Despite progress in the understanding of the molecular abnormalities in acute myeloid leukemia (AML), overall survival rates remain low, reinforcing the need for more effective therapies.1 Among the subtypes of AML, acute promyelocytic leukemia (APL), which in most patients is associated with the translocation between the retinoic acid receptor (RAR) α (RARA) and PML genes, leading to expression of the PML-RARα fusion oncoprotein (other much less common rearrangements involving RARA have been described2), responds uniquely to differentiation therapy with all-trans retinoic acid (ATRA).3 Given that PML-RARα acts to inhibit the positive effects of physiological ATRA on regulation of gene expression and myelomonocytic differentiation, these dramatic therapeutic effects seemed at first paradoxical. However, progress in understanding the molecular mechanisms through which RARs and other nuclear receptors regulate gene expression, which involves ligand-mediated exchange of corepressor for coactivator4 and postactivation receptor degradation,5 provided a platform for understanding how administration of pharmacologic levels of ATRA can restore RARα signaling and differentiation in APL.6 Nevertheless, the molecular basis for the general lack of response of non-APL AML to ATRA remains poorly understood.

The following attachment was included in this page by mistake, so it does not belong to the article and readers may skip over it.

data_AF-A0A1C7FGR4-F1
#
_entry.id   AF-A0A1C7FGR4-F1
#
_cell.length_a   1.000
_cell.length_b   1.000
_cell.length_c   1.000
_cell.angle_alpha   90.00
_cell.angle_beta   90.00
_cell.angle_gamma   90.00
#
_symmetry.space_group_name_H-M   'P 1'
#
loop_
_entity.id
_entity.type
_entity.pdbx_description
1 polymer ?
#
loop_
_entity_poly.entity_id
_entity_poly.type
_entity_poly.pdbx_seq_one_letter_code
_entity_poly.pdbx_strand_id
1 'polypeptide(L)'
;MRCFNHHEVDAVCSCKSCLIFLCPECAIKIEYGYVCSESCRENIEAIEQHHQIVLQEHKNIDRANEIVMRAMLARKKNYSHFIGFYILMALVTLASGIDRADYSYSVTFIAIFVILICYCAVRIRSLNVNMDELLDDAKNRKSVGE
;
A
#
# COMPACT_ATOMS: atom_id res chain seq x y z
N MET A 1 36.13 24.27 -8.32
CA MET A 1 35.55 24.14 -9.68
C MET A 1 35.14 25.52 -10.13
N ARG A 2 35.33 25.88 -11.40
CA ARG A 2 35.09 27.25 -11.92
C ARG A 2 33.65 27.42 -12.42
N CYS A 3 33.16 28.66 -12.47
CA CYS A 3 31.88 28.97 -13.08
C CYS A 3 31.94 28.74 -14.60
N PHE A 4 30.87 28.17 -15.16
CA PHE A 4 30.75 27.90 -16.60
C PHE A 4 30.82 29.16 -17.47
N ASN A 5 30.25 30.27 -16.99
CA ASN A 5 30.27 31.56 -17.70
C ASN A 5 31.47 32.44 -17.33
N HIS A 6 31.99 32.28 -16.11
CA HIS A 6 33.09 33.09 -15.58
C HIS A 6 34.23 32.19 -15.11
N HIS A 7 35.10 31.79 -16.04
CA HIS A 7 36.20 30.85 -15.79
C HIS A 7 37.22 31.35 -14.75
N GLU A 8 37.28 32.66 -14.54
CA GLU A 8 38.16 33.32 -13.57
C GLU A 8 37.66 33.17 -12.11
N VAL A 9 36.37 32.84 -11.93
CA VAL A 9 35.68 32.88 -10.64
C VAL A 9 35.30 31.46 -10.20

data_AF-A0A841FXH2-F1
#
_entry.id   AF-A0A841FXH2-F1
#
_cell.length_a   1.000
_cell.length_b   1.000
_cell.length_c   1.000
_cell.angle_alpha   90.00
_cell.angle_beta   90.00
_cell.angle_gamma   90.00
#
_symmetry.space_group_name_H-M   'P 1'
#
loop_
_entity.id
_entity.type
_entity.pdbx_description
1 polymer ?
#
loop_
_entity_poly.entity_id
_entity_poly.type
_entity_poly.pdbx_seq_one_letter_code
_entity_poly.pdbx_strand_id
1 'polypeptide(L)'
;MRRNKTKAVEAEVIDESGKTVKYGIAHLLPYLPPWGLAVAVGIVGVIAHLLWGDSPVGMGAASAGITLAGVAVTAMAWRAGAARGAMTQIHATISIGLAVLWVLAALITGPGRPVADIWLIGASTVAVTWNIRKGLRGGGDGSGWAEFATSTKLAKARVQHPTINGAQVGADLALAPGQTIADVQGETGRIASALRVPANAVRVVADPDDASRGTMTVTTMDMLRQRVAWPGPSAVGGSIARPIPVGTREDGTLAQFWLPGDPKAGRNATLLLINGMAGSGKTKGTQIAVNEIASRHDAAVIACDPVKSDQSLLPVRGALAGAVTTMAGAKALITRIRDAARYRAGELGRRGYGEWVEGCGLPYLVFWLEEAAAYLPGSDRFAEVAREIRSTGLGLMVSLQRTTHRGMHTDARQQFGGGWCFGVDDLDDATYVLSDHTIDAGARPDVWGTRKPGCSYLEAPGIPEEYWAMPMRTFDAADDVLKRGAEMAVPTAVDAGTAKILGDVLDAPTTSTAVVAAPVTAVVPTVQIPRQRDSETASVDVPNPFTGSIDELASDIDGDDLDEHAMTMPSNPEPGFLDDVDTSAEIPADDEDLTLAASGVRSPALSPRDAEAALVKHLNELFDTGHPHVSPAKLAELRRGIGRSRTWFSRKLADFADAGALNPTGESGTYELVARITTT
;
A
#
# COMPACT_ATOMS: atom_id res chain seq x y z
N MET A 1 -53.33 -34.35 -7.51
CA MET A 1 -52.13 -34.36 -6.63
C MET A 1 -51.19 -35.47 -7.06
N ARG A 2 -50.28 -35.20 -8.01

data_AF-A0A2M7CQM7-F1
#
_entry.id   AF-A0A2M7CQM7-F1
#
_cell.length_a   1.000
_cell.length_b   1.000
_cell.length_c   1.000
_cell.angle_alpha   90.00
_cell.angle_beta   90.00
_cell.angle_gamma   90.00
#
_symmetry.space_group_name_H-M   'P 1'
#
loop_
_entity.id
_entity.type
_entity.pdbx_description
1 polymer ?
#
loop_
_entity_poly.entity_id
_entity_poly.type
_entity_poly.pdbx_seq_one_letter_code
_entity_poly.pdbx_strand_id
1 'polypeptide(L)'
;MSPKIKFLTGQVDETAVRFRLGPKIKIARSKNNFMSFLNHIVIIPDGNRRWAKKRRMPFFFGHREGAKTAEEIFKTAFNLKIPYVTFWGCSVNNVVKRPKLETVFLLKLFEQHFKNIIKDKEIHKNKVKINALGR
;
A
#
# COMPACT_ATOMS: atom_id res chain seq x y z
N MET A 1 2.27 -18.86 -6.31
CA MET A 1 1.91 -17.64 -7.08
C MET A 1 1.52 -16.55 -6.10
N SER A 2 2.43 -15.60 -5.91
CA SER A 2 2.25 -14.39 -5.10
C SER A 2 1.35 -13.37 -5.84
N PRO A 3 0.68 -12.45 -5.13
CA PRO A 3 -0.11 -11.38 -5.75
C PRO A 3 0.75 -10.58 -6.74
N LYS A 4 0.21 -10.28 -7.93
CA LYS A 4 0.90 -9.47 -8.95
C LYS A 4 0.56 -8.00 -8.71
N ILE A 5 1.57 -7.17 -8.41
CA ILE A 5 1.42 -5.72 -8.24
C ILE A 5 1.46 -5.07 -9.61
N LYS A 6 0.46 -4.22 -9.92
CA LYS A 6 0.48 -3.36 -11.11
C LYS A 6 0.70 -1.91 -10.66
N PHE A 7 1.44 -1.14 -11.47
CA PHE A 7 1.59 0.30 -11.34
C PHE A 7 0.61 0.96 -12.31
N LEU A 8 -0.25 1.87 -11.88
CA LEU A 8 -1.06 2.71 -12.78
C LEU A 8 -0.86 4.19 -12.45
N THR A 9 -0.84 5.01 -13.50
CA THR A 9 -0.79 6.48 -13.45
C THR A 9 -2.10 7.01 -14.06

We have previously demonstrated that expression of the RARα2 isoform increases with differentiation of murine hematopoietic progenitors along the myelomonocytic lineage and that AML cell lines, including ATRA-resistant APL cells, do not express this isoform effectively.7,8 This lack of RARα2 expression and ATRA response may, at least in part, be a reflection of a general impairment of ATRA signaling, which may involve genetic factors and/or epigenetic mechanisms. To examine this hypothesis, we have evaluated in parallel expression of the RARA gene and DNA methylation of its promoters in normal hematopoietic stem/progenitor cells and primary AML blasts.